The Milley Doctrine

General Mark A. Milley, Chairman of the Joint Chiefs of Staff.
General Mark A. Milley, Chairman of the Joint Chiefs of Staff. Photo: Celal Gunes/Anadolu Agency via Getty Images
Julia Ioffe
April 25, 2023

At dawn last Thursday, I boarded General Mark Milley’s plane at Joint Base Andrews, along with the Chairman’s staff, a reporter from the A.F.P., and the voluble Chairman himself. Our destination was Ramstein Air Base, in Germany, for the eleventh meeting of the Ukraine Defense Contact Group, a coalition of fifty or so countries, led by the U.S., that have been providing military assistance to Ukraine. They meet once a month or so to coordinate who’s giving what—and to put the screws on the holdouts. 

Because heading the Joint Chiefs of Staff—that is, the entire U.S. military—means playing whack-a-mole with international crises, Milley spent the entirety of the eight-hour flight to Ramstein on the phone with the White House and his European counterparts, trying to figure out what exactly was happening in Sudan and whether to move U.S. troops into the region to evacuate the American embassy in Khartoum. (While we were in flight, Politico broke the story that was embargoed for us: the U.S. military was prepositioning troops—moving them from Fort Bragg to Djibouti—in case President Biden gave the order to evacuate personnel, which he did over the weekend.)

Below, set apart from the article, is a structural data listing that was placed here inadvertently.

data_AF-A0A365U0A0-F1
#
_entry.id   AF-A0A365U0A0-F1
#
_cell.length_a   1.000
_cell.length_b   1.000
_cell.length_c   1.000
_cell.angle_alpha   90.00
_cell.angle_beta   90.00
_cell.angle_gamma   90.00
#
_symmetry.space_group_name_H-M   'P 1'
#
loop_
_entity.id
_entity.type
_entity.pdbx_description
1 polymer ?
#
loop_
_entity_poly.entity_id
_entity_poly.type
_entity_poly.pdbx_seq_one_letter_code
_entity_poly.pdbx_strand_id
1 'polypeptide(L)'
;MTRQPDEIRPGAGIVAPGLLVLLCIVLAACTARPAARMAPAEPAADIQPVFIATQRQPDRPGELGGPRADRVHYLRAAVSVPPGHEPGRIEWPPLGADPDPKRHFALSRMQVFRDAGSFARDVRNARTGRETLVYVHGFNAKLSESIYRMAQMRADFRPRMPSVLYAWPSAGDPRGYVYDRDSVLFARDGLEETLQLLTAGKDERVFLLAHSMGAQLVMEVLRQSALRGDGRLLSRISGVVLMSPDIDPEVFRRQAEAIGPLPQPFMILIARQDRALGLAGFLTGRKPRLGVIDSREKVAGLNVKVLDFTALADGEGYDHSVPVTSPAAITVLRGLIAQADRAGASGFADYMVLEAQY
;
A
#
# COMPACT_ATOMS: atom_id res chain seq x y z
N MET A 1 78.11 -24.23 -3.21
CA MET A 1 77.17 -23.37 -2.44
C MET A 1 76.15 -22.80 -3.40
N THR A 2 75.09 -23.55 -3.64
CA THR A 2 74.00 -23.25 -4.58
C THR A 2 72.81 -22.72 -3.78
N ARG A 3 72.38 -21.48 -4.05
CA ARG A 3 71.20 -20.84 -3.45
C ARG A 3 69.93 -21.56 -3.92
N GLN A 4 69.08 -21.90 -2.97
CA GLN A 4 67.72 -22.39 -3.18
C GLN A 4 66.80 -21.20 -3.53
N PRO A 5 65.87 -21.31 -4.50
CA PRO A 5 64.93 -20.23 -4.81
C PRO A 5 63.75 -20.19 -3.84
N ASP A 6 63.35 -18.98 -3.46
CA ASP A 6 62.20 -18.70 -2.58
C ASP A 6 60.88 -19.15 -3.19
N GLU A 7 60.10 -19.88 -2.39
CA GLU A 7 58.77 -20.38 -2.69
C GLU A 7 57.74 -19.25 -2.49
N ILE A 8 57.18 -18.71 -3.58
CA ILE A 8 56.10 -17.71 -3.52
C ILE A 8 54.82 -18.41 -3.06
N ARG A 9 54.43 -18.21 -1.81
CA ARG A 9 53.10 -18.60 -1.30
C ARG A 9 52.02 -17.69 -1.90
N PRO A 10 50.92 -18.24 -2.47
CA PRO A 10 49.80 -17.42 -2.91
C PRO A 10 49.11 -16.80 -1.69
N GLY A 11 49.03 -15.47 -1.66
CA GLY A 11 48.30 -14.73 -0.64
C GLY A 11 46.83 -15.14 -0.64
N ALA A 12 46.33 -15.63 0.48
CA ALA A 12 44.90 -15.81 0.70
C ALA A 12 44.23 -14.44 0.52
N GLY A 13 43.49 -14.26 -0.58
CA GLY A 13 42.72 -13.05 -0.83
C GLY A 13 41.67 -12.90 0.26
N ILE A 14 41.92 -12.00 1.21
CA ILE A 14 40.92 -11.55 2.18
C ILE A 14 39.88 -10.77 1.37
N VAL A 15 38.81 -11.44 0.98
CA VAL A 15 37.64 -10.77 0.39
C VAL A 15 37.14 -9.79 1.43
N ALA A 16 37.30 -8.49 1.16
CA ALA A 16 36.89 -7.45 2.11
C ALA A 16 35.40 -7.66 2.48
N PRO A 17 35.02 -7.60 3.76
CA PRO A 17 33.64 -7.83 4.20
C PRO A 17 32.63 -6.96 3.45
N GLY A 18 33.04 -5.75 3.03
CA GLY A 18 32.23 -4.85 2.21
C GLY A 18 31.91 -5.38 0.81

As we boarded, one of the Chairman’s extremely tough-looking staffers—a Navy SEAL, I would later learn—carried a number of bags on board, most belonging to the Chairman, I assumed. One of them was a small, black, plastic case that looked especially important. “Are those the, uh, nuclear codes?” I asked one of the Chairman’s communications adjutants. They laughed. It was, they said, full of challenge coins.